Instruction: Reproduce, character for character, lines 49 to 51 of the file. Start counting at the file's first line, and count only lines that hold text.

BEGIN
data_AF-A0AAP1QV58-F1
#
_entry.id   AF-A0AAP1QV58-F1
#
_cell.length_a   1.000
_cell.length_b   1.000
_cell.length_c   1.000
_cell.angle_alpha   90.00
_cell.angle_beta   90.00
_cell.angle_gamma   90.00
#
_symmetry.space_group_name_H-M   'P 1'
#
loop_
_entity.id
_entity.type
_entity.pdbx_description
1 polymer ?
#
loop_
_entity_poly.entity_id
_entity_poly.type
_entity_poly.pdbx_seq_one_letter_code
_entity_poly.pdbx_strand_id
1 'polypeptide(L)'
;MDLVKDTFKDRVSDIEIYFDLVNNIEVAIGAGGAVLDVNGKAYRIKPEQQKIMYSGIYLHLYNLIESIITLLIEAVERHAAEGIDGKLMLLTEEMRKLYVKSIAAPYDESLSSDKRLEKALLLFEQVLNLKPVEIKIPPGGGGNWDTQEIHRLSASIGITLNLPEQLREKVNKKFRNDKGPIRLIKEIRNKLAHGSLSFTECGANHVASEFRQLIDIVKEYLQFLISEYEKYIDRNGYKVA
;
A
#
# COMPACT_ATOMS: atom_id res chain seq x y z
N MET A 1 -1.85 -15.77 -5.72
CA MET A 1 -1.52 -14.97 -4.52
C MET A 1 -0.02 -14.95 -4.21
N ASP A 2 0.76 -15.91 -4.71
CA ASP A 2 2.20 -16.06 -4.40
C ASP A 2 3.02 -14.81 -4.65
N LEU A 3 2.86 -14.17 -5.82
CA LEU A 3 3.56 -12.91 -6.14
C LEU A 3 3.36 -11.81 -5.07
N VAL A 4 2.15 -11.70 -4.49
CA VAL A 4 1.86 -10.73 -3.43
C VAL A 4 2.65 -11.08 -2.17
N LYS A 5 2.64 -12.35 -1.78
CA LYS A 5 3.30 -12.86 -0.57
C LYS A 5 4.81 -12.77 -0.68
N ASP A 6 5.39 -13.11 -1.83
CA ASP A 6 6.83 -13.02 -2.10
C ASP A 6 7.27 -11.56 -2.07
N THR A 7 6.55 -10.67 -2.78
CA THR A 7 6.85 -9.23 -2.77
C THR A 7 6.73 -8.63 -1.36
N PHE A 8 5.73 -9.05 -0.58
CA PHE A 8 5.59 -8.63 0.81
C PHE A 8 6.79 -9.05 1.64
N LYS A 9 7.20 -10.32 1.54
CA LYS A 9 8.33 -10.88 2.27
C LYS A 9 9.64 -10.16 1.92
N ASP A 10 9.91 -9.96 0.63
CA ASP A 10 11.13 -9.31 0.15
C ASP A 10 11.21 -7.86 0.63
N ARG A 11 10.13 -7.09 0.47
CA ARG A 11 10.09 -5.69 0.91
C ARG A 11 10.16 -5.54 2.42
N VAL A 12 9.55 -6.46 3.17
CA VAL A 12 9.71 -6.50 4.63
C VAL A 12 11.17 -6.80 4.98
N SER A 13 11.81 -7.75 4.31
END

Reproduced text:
N THR A 7 6.55 -10.67 -2.78
CA THR A 7 6.85 -9.23 -2.77
C THR A 7 6.73 -8.63 -1.36